Back from the Spark festival in Minneapolis. Visiting the festival was a good experience. Once again it was proved that no matter how much work you put into preparing for a performance, there are things that can, and will, go wrong. I had been working for several weeks to rewrite the control program for etherSound in order to be able to perform it in USA at the Spark festival. Instead of relying on an external service to receive the SMS messages (as I have done in previous performances) I implemented support for connecting a cell phone to the computer and was able to receive the messages locally. I was able to test the system before I was leaving and it worked fine. I had purchased a used Nokia phone with triband support that supposedly would work in the 1900 MHz frequency band used in northern America. As it turned out, Nokia made two versions of this phone of which only the second version had the 1900-band implemented. The one that I bought was obviously one of the dual-band models - and this I found out the hard way. The dual-band model is identical to the tri-band model unless you know what serial numbers to look for.

In the end, I set up the system for e-mail interaction for a short demonstration one night. Unfortunately, this didn’t work out very well since, at the site the piece was running, the only way to send a message was from my computer wich was also running the control- and synthesis software, and soon enough, one user managed to close down the control application. Anyway, the e-mail version was kind of boring, since it didn’t have any of the privacy nor the mobility of the SMS version. And, to look at it from the bright side, it was actually a good thing that I got to test it this way - it made it very clear to me that this piece is really about the mobility of the mobile phone and the clash between the privacy of your own cell phone and the music played back in public.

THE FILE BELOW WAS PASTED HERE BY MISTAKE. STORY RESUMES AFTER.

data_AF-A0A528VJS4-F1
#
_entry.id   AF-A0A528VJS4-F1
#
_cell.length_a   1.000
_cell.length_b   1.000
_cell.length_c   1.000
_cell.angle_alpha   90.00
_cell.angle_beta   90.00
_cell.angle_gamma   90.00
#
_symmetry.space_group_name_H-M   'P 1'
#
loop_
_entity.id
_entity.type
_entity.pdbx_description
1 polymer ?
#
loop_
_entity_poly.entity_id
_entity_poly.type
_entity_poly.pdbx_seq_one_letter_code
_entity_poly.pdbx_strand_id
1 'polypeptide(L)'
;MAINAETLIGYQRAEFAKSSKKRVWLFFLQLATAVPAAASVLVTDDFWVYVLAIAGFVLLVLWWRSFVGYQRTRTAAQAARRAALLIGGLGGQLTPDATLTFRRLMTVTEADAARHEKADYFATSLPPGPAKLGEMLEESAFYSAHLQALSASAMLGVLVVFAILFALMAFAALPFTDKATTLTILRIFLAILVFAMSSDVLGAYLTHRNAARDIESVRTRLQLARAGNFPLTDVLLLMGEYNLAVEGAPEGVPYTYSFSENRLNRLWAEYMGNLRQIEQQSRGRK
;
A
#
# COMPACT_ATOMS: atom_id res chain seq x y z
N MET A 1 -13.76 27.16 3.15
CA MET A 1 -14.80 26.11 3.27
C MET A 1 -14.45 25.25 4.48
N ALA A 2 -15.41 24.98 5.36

It was a good thing that the main reason I went to Minneapolis was to present my paper. I met many interesting people and learned many things about ongoing work related to my own research. As always at festivals, the music presented ranged from really good to not so good. Interesting is to note the big aesthetic differences between the (northern) European and the North American electroacoustic music. I heard many pieces where pitch and harmony had much greater significance than what I seem to hear over here. I saw/heard many video works as well and remains somewhat ambigious to the genre. It obviously draws interest from many composers but I still have trouble with the relation between the narrativity of the images and the abstract music in many works. I will try to expand this in future posts.

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